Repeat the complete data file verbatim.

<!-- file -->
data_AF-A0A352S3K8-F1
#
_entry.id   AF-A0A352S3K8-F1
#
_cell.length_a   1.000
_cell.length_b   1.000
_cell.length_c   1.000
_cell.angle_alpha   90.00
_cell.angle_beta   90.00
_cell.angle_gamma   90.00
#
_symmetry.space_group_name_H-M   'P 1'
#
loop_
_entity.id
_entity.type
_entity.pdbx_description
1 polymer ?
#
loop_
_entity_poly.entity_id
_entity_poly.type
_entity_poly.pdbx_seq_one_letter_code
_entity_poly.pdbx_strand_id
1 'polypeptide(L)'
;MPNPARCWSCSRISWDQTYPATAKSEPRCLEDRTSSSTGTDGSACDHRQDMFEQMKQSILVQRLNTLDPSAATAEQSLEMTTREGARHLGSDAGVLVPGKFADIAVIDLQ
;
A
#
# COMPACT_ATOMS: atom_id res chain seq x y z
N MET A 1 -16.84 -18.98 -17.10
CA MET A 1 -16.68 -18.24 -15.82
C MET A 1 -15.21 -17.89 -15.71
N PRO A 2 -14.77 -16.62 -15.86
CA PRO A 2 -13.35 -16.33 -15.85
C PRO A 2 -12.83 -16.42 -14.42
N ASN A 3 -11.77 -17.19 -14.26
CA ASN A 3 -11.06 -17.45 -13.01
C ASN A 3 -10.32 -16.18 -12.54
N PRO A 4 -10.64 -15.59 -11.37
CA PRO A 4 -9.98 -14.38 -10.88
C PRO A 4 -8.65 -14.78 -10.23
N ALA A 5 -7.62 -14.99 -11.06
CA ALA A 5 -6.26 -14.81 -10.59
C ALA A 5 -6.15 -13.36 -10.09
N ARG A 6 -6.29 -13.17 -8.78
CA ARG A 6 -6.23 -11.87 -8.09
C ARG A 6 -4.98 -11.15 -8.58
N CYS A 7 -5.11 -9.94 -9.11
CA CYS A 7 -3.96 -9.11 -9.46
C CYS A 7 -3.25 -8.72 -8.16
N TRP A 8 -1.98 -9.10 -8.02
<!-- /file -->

data_AF-A0A352S3K8-F1
#
_entry.id   AF-A0A352S3K8-F1
#
_cell.length_a   1.000
_cell.length_b   1.000
_cell.length_c   1.000
_cell.angle_alpha   90.00
_cell.angle_beta   90.00
_cell.angle_gamma   90.00
#
_symmetry.space_group_name_H-M   'P 1'
#
loop_
_entity.id
_entity.type
_entity.pdbx_description
1 polymer ?
#
loop_
_entity_poly.entity_id
_entity_poly.type
_entity_poly.pdbx_seq_one_letter_code
_entity_poly.pdbx_strand_id
1 'polypeptide(L)'
;MPNPARCWSCSRISWDQTYPATAKSEPRCLEDRTSSSTGTDGSACDHRQDMFEQMKQSILVQRLNTLDPSAATAEQSLEMTTREGARHLGSDAGVLVPGKFADIAVIDLQ
;
A
#
# COMPACT_ATOMS: atom_id res chain seq x y z
N MET A 1 -16.84 -18.98 -17.10
CA MET A 1 -16.68 -18.24 -15.82
C MET A 1 -15.21 -17.89 -15.71
N PRO A 2 -14.77 -16.62 -15.86
CA PRO A 2 -13.35 -16.33 -15.85
C PRO A 2 -12.83 -16.42 -14.42
N ASN A 3 -11.77 -17.19 -14.26
CA ASN A 3 -11.06 -17.45 -13.01
C ASN A 3 -10.32 -16.18 -12.54
N PRO A 4 -10.64 -15.59 -11.37
CA PRO A 4 -9.98 -14.38 -10.88
C PRO A 4 -8.65 -14.78 -10.23
N ALA A 5 -7.62 -14.99 -11.06
CA ALA A 5 -6.26 -14.81 -10.59
C ALA A 5 -6.15 -13.36 -10.09
N ARG A 6 -6.29 -13.17 -8.78
CA ARG A 6 -6.23 -11.87 -8.09
C ARG A 6 -4.98 -11.15 -8.58
N CYS A 7 -5.11 -9.94 -9.11
CA CYS A 7 -3.96 -9.11 -9.46
C CYS A 7 -3.25 -8.72 -8.16
N TRP A 8 -1.98 -9.10 -8.02